Eduardo Bolsonaro, son of Bolsonaro’s congressman, made a trip to Buenos Aires to praise Milei’s “unstoppable movement” – a statement that the Argentinian newspaper Clarín said was a violation of the country’s electoral laws. Eduardo Bolsonaro declared that the current phenomenon seen in the streets is similar to what Brazil experienced in 2018, referencing his father’s overwhelming victory.
Left-leaning politicians from South America had also made appearances in Buenos Aires prior to the election to support Massa’s initially slow campaign. This included the involvement of Brazilian strategists who had aided Lula in defeating Bolsonaro in the significant election last year.
On the eve of Sunday’s election, a social media video produced in Brazil compared Milei to Bolsonaro and urged Argentinian voters to reject him. The narrator, speaking in Spanish, described Bolsonaro’s presidency as a nightmare in which hundreds of thousands of people died from Covid and Brazil became isolated on the global stage. The message emphasized that Argentina does not need to experience this.
The Massa poster campaign cautioned the public about Milei’s extreme beliefs, such as advocating for the legalization of selling human organs, and asserted that he would lead Argentina into an economic crisis similar to the one in 2001. One poster stated, “The Economist warns that Milei poses a threat to Argentine democracy. Do you really want to vote for him?”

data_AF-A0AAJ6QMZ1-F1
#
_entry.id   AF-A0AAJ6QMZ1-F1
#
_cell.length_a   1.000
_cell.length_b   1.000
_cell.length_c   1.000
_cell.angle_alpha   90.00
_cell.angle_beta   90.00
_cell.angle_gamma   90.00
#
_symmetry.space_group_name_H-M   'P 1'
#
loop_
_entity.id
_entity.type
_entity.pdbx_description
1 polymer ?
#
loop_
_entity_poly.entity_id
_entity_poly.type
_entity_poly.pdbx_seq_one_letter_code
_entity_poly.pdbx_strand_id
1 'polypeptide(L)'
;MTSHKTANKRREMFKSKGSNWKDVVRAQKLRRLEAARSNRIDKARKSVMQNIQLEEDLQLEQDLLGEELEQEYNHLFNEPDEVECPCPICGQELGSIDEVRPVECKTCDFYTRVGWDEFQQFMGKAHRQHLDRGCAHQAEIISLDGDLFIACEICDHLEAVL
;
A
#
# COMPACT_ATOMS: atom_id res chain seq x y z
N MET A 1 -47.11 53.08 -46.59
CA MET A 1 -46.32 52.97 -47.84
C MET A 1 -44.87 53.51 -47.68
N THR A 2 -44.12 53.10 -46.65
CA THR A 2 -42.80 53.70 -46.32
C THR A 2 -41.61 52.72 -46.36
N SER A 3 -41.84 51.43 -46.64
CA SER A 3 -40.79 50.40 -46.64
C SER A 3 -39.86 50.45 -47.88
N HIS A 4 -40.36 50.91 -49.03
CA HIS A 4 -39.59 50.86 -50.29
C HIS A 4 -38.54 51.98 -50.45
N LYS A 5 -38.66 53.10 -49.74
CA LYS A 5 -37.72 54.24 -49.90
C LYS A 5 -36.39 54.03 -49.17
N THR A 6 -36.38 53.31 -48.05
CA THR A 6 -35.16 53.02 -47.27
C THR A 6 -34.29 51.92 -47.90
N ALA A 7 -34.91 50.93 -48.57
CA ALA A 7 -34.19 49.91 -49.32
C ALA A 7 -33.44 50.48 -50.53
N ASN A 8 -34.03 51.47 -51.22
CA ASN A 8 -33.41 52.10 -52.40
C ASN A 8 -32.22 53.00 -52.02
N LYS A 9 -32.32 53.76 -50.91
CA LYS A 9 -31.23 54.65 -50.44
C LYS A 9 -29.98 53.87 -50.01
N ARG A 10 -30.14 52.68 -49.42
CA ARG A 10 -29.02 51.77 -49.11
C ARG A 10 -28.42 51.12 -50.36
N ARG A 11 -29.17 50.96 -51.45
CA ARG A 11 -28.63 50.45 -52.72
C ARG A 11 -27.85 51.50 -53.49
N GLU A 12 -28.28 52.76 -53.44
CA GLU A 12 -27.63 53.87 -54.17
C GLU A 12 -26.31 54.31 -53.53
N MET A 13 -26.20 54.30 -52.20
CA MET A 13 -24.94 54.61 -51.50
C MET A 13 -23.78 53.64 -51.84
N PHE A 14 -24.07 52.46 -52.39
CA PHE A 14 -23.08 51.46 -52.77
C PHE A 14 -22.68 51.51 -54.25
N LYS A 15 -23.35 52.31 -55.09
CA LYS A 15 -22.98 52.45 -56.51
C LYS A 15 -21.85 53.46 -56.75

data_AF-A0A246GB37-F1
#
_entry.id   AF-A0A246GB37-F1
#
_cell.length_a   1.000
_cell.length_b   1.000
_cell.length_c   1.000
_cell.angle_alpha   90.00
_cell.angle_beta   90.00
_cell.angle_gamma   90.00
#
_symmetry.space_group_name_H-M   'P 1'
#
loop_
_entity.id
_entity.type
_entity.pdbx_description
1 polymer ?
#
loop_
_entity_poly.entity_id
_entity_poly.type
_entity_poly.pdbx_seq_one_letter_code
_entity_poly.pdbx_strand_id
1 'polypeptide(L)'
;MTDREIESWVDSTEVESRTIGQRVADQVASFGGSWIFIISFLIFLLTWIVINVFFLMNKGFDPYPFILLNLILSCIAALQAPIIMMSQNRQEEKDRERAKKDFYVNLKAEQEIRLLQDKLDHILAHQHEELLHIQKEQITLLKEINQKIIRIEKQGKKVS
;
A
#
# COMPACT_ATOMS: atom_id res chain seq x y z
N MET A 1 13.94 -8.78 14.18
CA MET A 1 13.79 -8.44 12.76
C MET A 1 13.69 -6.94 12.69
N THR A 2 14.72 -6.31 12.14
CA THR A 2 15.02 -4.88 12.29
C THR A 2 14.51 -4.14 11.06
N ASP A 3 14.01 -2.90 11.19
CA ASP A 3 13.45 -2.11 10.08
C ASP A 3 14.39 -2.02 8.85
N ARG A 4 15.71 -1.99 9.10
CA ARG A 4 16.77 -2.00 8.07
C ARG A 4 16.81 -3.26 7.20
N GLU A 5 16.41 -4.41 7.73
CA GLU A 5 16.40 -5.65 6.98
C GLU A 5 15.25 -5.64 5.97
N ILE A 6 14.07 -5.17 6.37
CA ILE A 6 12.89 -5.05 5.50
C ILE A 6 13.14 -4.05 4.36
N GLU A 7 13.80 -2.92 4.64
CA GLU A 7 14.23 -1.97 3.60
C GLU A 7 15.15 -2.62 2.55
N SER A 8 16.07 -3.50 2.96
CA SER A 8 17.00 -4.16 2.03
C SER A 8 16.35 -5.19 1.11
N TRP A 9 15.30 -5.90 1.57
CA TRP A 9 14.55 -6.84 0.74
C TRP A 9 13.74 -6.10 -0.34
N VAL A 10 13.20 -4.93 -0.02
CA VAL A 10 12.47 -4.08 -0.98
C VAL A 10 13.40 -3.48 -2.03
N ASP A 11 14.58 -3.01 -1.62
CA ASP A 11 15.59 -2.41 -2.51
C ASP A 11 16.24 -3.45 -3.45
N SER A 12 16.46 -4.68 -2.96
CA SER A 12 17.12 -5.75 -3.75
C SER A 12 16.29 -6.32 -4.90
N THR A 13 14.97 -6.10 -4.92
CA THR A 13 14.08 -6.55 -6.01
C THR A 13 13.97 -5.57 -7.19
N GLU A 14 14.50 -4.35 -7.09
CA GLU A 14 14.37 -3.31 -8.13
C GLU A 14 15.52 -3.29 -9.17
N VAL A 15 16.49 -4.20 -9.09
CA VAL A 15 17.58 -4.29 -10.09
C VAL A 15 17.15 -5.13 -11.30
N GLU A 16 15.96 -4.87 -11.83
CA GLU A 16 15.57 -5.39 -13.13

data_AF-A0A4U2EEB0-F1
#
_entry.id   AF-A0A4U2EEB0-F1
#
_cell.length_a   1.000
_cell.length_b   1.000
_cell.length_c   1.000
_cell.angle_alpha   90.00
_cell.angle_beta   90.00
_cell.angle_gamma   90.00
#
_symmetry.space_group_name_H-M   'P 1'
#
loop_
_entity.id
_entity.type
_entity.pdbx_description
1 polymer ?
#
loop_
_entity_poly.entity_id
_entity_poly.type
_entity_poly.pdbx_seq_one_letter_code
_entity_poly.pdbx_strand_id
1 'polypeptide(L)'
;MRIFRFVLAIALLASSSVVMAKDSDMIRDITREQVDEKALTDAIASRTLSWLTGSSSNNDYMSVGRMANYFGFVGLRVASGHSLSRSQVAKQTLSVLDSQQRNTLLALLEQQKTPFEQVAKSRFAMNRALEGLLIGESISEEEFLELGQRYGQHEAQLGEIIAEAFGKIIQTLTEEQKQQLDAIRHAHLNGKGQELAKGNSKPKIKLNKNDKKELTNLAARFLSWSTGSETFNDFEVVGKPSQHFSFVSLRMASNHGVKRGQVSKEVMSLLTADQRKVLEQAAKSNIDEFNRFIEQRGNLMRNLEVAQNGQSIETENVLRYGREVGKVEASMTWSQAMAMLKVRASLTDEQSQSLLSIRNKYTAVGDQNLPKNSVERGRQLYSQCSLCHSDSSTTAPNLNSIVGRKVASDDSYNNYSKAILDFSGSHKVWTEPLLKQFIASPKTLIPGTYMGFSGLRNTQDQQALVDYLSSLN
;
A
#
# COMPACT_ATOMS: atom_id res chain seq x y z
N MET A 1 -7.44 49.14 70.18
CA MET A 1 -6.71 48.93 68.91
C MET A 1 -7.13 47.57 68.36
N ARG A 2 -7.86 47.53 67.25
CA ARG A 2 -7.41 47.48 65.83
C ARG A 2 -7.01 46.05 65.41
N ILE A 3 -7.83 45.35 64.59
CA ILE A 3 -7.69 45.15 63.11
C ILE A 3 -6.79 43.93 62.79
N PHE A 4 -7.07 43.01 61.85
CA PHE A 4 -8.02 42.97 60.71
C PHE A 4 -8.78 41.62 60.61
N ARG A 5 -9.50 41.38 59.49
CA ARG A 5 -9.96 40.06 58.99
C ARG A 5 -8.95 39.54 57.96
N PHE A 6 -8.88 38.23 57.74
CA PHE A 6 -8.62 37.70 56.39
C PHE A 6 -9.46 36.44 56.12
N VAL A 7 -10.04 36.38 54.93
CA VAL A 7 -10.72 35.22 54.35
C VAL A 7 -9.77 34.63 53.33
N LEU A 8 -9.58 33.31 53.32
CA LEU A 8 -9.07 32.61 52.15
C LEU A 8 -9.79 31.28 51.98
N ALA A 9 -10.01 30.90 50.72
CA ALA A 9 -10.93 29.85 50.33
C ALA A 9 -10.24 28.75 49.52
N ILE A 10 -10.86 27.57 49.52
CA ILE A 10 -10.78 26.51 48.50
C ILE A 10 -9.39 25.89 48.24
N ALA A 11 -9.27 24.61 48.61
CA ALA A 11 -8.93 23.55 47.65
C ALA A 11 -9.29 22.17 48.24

After Milei’s surprising win in the primary election, Massa and his supporters intensified their efforts, proposing the elimination of income tax for the majority of citizens and aiming to distance themselves from former president Cristina Fernández de Kirchner.
On Sunday, the results of these efforts were evident as citizens cast their votes to elect Argentina’s new president and vice-president, as well as approximately half of its 257-member congress, one-third of the senate, and various governors, including those of Buenos Aires city and province.
Axel Kicillof, a political ally of Massa running for reelection as governor of Buenos Aires province – a significant battleground in the elections, representing almost 40% of all voters in Argentina – exceeded expectations with a victory margin of almost 20%. The candidate supported by Milei placed third. “This result is a rejection of dictatorship,” Kicillof declared to his supporters, alluding to Milei’s minimizing of the number of casualties during Argentina’s military regime in his campaign.
Ramiro Marra, Milei’s pick for mayor of Buenos Aires, came in third place with a mere 13.9% of the votes.
Disappointed followers of Milei who had assembled outside their leader’s hotel alleged, without proof, that the election had been manipulated, similar to how Bolsonaro supporters reacted after his defeat in the 2022 Brazilian election.
“It hurts my soul. I expected he’d win in the first round. I was surprised,” admitted Ivan González, a 22-year-old Mileísta who wore a Donald Trump hat and carried a yellow Gadsden flag – an American Revolution-era banner used by the US extreme right and Milei’s movement.
González accused Milei’s adversaries of spreading fear in their campaign and attributing it to their loss on Sunday. However, he remained confident that he could still achieve victory in the second round.